WARREN -- The eight massage parlors targeted by investigators agreed Monday to leave the city for at least one year, but the settlement reached by attorneys likely will keep the spas permanently barred from the city.
After weeks of negotiating and about two more hours of talks Monday before a scheduled temporary injunction hearing in Trumbull County Common Pleas Court, the two sides reached the agreement in principle, attorneys on both sides said.
Warren Law Director Greg Hicks said after the negotiations that all eight massage parlors, where investigators believe customers paid for sex, agreed to stop operating in the city, to let the city's revocation of their health licenses go unopposed at Wednesday's hearing and take down any signs, including advertisements.
Warren Law Director Greg Hicks, left, and attorney Harry Depietro, who represented the Fantacy, Tokyo and Moon Night spas, speak Monday outside the Trumbull Common Pleas Courthouse in downtown Warren.
''We consider this matter resolved,'' Hicks said. ''No longer will these spas operate in the city. This was a long, hard road and I think we are all glad that it's over.
Attorney Harry Depietro, who represented the Fantacy, Tokyo and Moon Night spas, said the settlement worked for both the parlors and the city. He said his clients wanted to come to an agreement quickly so the businesses can reapply in one year rather than drag out the proceedings.
The building owners, he said, are able to rent the building to new tenants, as long as the businesses are not massage parlors and as soon as they abide by the terms of the settlement.
Depietro also said city attorneys indicated they were wary of putting testimony on the record from 15 customers and several owners and operators during Monday's scheduled hearing because of the pending criminal investigation. Ohio Attorney General Mike DeWine's office and Trumbull County prosecutors are reviewing evidence seized from the May 30 raids to determine charges that could include human trafficking, racketeering and money laundering, among others.
''It was the best thing for both parties,'' Depietro said.
The massage parlors have until Sept. 7 to fully comply with the terms of the settlement, which have not yet been finalized, or face a permanent injunction hearing. The licenses for the eight spas are expected to be officially terminated Wednesday by the health department.
Hicks said the spas are allowed to apply for a license through the health department in one year, but that it would be unlikely they would be re-issued licenses.
''In reality,'' he said, ''when the Board of Health sees their application, theyll look at it with a jaundice eye.''
Warren Mayor Doug Franklin said the deal was exactly what the city was hoping for. Franklin praised investigators whom he said provided such a strong case the spas had no other choice but to remain closed.
Franklin also said advertisements on billboards and in Cleveland and Akron area newspapers will also stop, which will help rehabilitate the city's image.
''We're very excited and pleased that it's come to this point,'' Franklin said. ''We worked hard over the past year. It took a lot of due diligence by law enforcement and the investigative teams on this case. It's a great day for the citizens of Warren and for the city's image that has been stained for a number of years.''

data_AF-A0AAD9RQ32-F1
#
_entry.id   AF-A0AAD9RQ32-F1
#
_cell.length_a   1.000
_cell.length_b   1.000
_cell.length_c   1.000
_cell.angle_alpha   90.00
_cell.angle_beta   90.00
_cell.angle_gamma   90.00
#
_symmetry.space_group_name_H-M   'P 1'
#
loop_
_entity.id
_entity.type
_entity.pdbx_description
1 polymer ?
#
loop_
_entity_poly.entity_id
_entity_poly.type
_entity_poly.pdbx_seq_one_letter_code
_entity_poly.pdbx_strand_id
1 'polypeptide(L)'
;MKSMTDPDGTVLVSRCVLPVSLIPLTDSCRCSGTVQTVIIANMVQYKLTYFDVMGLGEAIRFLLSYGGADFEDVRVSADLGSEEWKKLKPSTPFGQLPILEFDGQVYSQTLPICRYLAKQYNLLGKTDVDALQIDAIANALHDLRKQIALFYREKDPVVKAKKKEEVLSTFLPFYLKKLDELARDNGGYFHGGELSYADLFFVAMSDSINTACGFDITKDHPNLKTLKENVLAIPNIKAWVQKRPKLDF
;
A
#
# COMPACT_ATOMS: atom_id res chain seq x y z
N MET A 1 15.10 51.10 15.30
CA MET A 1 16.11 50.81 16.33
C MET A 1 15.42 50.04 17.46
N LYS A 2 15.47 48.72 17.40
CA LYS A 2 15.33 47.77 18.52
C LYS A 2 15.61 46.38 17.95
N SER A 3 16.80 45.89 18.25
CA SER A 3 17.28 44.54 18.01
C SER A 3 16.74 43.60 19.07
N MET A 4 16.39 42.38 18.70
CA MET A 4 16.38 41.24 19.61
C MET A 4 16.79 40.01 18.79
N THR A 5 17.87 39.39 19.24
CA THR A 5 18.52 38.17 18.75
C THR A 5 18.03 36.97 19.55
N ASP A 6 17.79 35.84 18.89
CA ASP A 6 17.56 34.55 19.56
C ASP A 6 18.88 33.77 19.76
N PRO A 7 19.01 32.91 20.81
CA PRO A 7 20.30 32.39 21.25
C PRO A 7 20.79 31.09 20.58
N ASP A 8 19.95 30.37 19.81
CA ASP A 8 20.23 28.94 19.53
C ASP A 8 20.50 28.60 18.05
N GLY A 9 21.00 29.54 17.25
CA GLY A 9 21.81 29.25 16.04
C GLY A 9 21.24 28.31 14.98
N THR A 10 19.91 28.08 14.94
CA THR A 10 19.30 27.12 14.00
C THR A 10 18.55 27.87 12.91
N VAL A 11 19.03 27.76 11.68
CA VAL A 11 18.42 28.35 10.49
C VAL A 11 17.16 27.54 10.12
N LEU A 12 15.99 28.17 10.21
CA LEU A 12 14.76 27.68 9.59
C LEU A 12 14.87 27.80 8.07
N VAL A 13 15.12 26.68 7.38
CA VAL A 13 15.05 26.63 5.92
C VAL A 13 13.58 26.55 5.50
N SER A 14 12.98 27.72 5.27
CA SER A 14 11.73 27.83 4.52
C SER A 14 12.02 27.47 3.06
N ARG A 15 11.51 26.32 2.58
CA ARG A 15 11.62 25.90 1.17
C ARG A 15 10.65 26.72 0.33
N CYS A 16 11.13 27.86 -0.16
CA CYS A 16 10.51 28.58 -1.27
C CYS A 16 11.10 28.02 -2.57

The settlements end what attorneys and investigators have referred to as the first of a two-pronged approach at ridding the city of the spas. Charges against the spa owners and operators are the next step.
The investigation started more than a year ago when city police chief Tim Bowers formally requested assistance from the attorney general''s Bureau of Criminal Identification and Investigation.
Prior to that, Hicks said he tried to recruit help from the Mahoning Valley Law Enforcement Task Force and the Trumbull and Ashtabula Group Task Force because the force was unable to dedicate special investigators from an already thin force. Bowers said he was lucky that two key members of the Ohio BCI, Northern District chief Cliff Evans and Special Agent Al Bansky, who led the investigation, were former Warren police officers.
Court records hinted that some of the women were sex trafficking victims. Investigators conducted surveillance with the help of two clandestine cameras and caught hundreds of customers, about 40 of which cooperated with investigators.
The men came from as far away as Westlake, Wadsworth and Shelby, a 120-mile trip, and told investigators similar stories that they paid for sex at each of the spas.
One customer, from North Bloomfield, told investigators he believed the girls were brought from Korea to New York to Ohio.
Former employees of the Gemini and Ocean spas that cooperated with investigators said she knew that one man, called a ''jockey,'' transported women from New York City to work in the city's spas. The jockeys also were responsible for transporting the women to Victoria's Secret in Eastwood Mall. They told officials they believed many of the workers were illegal aliens.
In at least one of the spas, the workers were kept there and slept in sleeping bags on the floor, four to a room.
Two spas in Warren and two others in Niles and Braceville remain open, but officials said they are probing the parlors.
''Unfortunately there are still two more operating in the city but we will deal with them just as severely as we dealt with the others,'' Hicks said. ''Those are still under investigation.''